Le French Book is sad to announce the loss of one of our authors. Anne-Laure Thiéblemont passed away this week after a struggle with illness. Our thoughts are with her friends and family. Her voice and her way of revealing art and telling stories will live on in her books.
Could it be true? French art reporter and mystery writer Anne-Laure Thiéblemont and I discussed this recently. I was finalizing the translation of her novel The Collector, an art world mystery set in Paris, and I had a burning question: Could there really be forgeries in the Louvre?
An art reporter and trained gem specialist, Anne-Laure Thiéblemont is known for her investigations into stolen art and gem trafficking. Her art world mystery novel, The Collector, just came out in English. Here, she talks about some of the places that have inspired her writing.
Two books inspired the character of the collector Edward Magni in this Marion Spicer art thriller. The first was Werner Muensterberger’s Collecting: An Unruly Passion (Princeton University Press, 1994). The was a psychoanalyst, whose couch saw the likes of James Dean, Laurence Olivier and Marlon Brando. I learned recently that he also had a PhD in anthropology, and another in art history, and that he was a great collector of African art. Now I understand better why his book struck me and helped me to build the character of Edward Magni. Muensterberger portrays several collectors, including French author Honoré de Balzac and the English bibliophile Thomas Philipps, who wanted to procure “a copy of all the books published in the whole world.” Muensterberger’s portraits of these collectors are not those of a cold, distant entomologist, but of someone with empathy. His analysis of the irrepressible urge to collect is full of emotion. This book moved me a lot, perhaps because it is so easy for anyone to slip into addiction (a “longing for substitution”) and prefer things to people to protect them from earlier traumas.
A second book, L’Etrange Docteur Barnes by the French writer Alain Boublil, helped me to understand how an obsession to possess and accumulate objects goes beyond ethics, morality, and common values, how a collection can give a person a feeling of being all-powerful. The book is a biography of an American billionaire born in Philadelphia. But more than that, it follows how a butcher’s son develops a dangerous and eccentric love for modern art. Albert C. Barnes was an industrialist, a chemist and a millionaire by the time he turned 36 thanks to an antiseptic he developed. He went on to take revenge the conformist conservative Philadelphia society that had humiliated him. He collected works by Renoir, Cézanne, Matisse, Picasso, Monet, Toulouse-Lautrec, Van Gogh, and Seurat, choices judged to be those of a “parvenu.” In Paris, he was considered a king, with gallery owners Ambroise Vollard, Kahnweiler and Leo and Gertrude Stein who found him to be intelligent, energetic and insatiable. But Philadelphia establishment rejected him. And Barnes sought revenge. He built a foundation, showed his collection there, allowed blacks in along with the working class and the poor, and refused to host the rich. He refused to see people who requested to see him, or to give meetings to art historians, but only if there was a full moon. In this biography, revenge went hand in hand with pettiness and childish behavior. Perhaps it is a way for the man to set aside his exceptional nature and return to being an ordinary person like the others.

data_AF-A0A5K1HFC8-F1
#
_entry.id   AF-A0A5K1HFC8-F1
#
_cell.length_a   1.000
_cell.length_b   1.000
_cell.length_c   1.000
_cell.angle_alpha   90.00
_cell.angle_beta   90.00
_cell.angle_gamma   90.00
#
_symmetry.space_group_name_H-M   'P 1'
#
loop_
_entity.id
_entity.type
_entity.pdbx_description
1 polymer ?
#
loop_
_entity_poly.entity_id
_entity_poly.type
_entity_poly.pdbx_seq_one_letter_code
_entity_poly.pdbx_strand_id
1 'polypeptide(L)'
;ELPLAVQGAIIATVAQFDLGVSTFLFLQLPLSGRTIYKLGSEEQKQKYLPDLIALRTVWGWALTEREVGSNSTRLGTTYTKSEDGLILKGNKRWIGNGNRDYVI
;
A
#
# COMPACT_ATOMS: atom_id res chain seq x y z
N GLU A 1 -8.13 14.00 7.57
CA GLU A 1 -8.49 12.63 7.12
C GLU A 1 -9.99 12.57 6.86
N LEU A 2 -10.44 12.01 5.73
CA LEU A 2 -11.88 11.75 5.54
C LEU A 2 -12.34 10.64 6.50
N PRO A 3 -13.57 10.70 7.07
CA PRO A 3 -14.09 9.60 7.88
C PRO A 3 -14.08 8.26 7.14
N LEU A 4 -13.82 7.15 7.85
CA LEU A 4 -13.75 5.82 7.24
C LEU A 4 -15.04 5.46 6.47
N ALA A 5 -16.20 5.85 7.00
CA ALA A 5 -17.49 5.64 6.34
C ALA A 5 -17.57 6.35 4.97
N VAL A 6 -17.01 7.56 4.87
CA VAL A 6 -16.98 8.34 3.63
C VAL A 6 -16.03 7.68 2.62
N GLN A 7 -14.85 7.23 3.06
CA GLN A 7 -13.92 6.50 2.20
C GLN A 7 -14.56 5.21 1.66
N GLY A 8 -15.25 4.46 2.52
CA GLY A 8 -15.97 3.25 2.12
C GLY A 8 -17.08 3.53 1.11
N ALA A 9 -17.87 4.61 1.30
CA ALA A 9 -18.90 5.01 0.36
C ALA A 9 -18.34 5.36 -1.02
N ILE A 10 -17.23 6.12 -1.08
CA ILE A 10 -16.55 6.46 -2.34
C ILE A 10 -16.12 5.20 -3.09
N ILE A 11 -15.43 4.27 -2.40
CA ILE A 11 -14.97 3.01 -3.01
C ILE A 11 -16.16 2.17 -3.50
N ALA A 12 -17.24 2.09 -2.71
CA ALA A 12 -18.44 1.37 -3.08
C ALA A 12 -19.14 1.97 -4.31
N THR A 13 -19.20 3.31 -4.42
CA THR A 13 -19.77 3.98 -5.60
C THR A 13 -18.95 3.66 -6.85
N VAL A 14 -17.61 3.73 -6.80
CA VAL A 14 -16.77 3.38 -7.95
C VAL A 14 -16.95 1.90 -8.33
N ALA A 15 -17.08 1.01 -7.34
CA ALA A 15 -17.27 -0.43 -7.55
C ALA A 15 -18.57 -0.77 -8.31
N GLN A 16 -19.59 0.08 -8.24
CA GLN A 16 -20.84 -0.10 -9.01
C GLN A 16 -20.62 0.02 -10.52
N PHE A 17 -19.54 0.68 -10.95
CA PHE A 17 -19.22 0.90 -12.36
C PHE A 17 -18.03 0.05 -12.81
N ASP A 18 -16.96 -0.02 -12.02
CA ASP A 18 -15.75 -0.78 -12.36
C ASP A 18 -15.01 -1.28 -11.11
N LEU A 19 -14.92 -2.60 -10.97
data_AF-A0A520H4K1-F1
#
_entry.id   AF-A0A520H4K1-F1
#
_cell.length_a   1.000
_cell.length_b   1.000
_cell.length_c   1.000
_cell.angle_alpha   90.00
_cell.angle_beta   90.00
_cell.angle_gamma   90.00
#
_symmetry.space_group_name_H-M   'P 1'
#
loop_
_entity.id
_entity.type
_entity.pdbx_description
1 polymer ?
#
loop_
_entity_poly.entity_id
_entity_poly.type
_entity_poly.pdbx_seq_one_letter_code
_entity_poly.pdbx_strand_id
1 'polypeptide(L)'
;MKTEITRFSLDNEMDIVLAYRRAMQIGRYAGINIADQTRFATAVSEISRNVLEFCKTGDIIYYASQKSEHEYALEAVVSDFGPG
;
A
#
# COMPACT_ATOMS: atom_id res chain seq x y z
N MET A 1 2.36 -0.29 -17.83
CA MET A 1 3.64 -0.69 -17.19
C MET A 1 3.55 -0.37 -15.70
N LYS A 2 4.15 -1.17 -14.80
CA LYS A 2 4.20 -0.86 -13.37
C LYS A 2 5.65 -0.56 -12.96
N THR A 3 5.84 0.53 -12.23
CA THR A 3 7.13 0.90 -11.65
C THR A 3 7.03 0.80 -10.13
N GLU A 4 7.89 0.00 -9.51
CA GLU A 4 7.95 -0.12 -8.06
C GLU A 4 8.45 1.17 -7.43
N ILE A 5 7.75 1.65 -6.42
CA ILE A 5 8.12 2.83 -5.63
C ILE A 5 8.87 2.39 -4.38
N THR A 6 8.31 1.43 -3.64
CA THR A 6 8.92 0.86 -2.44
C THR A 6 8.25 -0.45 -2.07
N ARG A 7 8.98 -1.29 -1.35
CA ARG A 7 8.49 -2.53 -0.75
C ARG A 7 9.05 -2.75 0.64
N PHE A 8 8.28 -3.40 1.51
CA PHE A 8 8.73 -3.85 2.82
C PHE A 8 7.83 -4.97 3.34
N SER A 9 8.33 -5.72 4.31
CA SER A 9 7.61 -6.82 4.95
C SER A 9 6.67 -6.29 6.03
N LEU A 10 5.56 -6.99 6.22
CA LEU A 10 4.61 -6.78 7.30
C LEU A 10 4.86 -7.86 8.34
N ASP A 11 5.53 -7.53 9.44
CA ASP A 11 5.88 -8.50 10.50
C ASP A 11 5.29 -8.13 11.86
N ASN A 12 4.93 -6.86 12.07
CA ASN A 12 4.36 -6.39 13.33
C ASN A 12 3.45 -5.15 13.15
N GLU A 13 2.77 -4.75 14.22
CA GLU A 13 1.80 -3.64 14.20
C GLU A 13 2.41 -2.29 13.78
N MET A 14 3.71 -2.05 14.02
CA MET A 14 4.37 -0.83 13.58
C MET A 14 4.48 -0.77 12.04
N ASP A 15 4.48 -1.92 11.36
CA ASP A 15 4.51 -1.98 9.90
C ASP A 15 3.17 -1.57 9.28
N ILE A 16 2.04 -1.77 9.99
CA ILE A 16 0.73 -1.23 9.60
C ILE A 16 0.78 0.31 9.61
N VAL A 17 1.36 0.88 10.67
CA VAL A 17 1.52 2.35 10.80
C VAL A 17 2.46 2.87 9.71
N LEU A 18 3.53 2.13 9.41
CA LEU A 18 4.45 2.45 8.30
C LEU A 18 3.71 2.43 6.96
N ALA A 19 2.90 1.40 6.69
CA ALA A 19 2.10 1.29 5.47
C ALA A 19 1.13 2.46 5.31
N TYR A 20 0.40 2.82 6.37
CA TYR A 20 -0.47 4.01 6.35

Today, we have a few words from Anne-Laure Thiéblemont, author of an upcoming mystery set in Paris art circles: The Collector. Anne-Laure is an reporter and trained gem specialist, known for her investigations into stolen art and gem trafficking. She currently works as a magazine editor, and splits her time between Paris and Marseille. She shares her thoughts about the upcoming release.
Books have the quality and advantage of circulating independently of the author. Now, The Collector will be coming out in English and it will be released in August. I love that month more than any other. It’s the month I always plan to be at the beach. I swim and I write. That is all I do. I don’t need anything more than a few square meters right next to the water. Then, writing can take me anywhere. Being a writer is a state of being on vacation without being on vacation.
I like the way thinking, meditating, imagining, and writing bring out other ways of being in the world. Then, as a writer, what I enjoy most is meeting readers. It’s not the reviews, the promotion, the prizes. No, it’s the possibility of meeting someone who enjoys the universe I created.
I worked as a reporter for a long time, but I needed to find a more personal mode of expression. I always wanted to write a novel and the character of Marion Spicer had been tapping on my shoulder for a long time. She kept saying, “Tell my story.” And the topic of the book was important enough to me to spend three years writing it. Sometimes you can get tired of a story. It can run its course quickly and putter out. But you know early on if you have a protagonist that has enough of a structure to lead you further, and even to dictate the course of the story.
This is what happened. It wasn’t easy for me to write a mystery. But Marion's story was a mystery, so that is what I wrote.